Kommentar in The Telegraph: US accused of trying to colonise space with mining the moon executive order
Scientists say planets in danger of becoming another ‘arena for war’ between Spacefarers US and Russia
By Josie Ensor, US Correspondent 8 April 2020 • 5:52pm
Erschinen in The Telegraph
The US has been criticised for attempting to “privatise” space with a new executive order establishing its right to commercially mine planets. President Donald Trump this week signed an order outlining US policy on the exploitation of water and other lunar resources that could help America establish a long-term human presence on the moon. It set out how US citizens should have the right to engage in such activity and that “Outer space is a legally and physically unique domain of human activity, and the United States does not view it as a global commons.”
Russia, however, said the order put the US at odds with the notion of space belonging to all humanity. “Attempts to expropriate outer space and aggressive plans to actually seize territories of other planets hardly set the countries (on course for) fruitful cooperation,” Roscosmos, Moscow’s space agency, said in a statement. Russia, a leading producer of natural resources, last year announced plans to join Luxembourg in mining for minerals in outer space.
“There is a general feeling in the space and science community that space is for the good of all,” Malcolm Macdonald, Chair of Space Technology at the University of Strathclyde, told the Telegraph. He said the planets were in danger of becoming another “arena for war” between old Cold War foes, which had until now managed to maintain cooperation on space despite worsening relations. “It is a shame the US has done this rather than show some leadership and pull the international community together. No matter how hard that might be, it would have been nice to have been seen to try.”
The 1967 Outer Space Treaty, to which all space-faring countries belong, states that no country can appropriate any celestial body for themselves, whether by occupying it or using it. That means they cannot legally claim ownership of an asteroid or a part of the moon. For a country or company that wants to do space resource mining there is no solid legal ground and these missions would cost hundreds of millions of dollars, so investors want some assurance they can get their money back.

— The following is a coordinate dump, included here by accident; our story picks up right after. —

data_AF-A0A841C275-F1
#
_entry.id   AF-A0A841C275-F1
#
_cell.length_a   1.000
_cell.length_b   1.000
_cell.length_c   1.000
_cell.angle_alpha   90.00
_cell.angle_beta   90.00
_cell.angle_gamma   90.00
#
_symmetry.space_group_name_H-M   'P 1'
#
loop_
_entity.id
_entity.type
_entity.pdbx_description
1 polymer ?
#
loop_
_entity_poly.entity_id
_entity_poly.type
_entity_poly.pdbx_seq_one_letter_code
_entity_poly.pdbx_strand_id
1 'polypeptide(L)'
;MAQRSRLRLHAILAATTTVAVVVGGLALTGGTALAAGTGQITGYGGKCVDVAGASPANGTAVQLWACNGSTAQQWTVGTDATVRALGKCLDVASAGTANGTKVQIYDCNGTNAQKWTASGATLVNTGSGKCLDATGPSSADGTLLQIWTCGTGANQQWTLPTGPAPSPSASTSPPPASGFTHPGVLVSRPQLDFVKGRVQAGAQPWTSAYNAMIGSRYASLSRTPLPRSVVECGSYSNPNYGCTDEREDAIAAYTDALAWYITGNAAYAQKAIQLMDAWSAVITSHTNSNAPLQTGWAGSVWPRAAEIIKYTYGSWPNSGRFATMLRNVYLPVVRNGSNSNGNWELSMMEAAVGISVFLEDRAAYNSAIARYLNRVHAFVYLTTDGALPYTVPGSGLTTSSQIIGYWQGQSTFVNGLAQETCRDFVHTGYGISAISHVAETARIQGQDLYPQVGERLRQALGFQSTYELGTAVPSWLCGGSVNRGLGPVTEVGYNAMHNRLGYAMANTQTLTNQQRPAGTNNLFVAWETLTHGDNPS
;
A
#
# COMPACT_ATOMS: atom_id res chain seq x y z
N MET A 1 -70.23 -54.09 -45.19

The US is asserting that celestial bodies are not global commons, which have specific legal definitions. Because the prospect of mining the moon or asteroids has been such a distant prospect for so long, this has largely been an academic debate. But now that the prospects are slightly more realistic, states are starting to make policies individually.
Some in the community said the order dismissed concerns that space resources should be considered a “global commons” worthy of special considerations. “In space, like in every other domain, we have established international norms of behaviour,” Sonay Sarac, Space Security and Defense Expert at the German Society for Aeronautics and Astronautics, told The Telegraph. “The ‘common heritage of mankind’ is probably the most important norm in space. But this principle is increasingly being contested due to growing technological innovations and growing geopolitical tensions between the US, Russia and China,” he said. “In my opinion, this development is only part of a bigger political picture.”
Experts said they believed the US was trying to clarify the legal situation for its future lunar base, where they will hope to use some of the resources to support the base – but could be legally questionable without the order.
Nasa’s so-called Artemis program for crewed lunar exploration aims to land two astronauts on the moon in 2024 and to establish a sustainable human presence on and around Earth’s nearest neighbor by 2028. Lunar resources, especially the water ice thought to be plentiful on the permanently shadowed floors of polar craters, are key to Artemis’ grand ambitions, Nasa officials have said.
Mr Trump has shown considerable interest in shaping US space policy. In December 2017, he signed Space Policy Directive-1, which laid the groundwork for the Artemis campaign.